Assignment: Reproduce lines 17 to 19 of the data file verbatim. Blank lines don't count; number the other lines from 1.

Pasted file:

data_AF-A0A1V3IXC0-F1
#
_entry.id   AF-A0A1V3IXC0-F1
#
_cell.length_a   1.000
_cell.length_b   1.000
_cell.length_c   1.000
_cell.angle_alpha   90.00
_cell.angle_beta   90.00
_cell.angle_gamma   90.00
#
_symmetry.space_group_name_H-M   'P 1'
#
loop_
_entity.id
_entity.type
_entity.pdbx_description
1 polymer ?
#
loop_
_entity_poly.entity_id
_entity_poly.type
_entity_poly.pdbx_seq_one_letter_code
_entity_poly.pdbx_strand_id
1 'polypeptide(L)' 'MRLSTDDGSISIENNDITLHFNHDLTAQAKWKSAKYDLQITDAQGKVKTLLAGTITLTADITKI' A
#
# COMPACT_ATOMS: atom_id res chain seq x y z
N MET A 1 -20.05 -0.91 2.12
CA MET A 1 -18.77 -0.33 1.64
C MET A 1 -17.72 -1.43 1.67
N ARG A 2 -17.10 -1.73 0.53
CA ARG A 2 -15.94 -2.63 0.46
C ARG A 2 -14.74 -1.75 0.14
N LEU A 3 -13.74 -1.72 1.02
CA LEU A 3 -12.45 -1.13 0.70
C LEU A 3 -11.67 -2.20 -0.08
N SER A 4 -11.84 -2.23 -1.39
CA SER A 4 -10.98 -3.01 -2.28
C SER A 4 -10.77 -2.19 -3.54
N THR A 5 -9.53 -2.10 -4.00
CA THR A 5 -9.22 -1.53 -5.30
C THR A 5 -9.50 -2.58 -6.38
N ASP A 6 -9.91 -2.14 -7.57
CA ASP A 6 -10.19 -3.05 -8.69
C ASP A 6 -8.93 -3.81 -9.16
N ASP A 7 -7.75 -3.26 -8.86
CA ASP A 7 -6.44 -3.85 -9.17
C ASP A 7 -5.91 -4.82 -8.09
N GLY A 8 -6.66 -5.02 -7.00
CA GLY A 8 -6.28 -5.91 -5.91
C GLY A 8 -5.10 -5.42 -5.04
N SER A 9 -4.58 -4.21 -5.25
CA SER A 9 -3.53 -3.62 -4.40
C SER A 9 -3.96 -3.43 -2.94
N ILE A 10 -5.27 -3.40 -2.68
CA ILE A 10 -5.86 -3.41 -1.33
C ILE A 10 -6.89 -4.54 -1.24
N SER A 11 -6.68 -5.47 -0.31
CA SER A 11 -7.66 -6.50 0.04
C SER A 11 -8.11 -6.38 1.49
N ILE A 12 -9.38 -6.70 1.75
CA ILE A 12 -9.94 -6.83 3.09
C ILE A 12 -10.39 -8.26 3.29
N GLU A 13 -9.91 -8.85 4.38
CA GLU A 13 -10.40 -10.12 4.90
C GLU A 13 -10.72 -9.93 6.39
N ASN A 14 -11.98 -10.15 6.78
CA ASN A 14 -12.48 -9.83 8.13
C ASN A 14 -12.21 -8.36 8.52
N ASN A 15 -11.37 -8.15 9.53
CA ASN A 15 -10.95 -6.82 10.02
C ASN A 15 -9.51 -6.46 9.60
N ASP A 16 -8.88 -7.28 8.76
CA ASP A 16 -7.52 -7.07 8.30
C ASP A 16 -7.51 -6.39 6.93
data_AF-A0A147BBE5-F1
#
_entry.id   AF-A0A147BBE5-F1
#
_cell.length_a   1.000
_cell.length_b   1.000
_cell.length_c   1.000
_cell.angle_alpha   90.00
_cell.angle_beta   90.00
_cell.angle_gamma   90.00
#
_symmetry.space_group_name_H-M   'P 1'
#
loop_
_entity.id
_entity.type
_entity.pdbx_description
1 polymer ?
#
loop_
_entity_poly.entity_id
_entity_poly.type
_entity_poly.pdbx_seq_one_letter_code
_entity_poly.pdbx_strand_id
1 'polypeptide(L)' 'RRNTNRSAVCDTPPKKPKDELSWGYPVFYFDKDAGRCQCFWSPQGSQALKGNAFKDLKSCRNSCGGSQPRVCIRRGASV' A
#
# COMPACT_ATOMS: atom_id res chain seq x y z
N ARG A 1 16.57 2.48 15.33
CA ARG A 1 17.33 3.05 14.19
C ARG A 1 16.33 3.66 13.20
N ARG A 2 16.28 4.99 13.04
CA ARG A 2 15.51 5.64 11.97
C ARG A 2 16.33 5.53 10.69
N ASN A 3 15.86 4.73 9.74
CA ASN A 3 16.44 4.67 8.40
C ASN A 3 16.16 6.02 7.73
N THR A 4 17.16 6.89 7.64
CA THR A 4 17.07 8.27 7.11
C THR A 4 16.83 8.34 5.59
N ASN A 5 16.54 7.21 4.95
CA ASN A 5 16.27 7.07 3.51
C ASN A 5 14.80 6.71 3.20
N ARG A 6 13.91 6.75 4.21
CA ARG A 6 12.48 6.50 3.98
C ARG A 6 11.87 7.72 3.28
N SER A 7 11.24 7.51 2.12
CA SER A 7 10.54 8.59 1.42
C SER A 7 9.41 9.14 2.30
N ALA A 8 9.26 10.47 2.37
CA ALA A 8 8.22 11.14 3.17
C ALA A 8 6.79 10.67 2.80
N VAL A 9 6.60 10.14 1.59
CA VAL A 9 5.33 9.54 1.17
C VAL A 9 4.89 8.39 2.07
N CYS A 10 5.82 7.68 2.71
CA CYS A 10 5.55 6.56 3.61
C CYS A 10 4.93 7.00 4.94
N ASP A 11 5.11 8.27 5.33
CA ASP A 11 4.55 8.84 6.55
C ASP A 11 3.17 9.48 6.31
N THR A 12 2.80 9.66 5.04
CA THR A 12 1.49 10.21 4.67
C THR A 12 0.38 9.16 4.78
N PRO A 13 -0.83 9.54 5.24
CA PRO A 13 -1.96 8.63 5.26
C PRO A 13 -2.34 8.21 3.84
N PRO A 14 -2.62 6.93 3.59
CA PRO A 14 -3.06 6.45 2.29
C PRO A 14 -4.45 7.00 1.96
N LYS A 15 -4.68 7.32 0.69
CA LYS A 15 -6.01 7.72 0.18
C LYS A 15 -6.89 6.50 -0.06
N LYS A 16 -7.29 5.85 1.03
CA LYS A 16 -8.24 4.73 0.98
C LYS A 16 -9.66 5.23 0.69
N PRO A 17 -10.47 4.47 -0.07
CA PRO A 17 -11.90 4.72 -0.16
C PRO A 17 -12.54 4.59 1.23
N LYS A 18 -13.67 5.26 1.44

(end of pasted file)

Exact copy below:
_entity.pdbx_description
1 polymer ?
#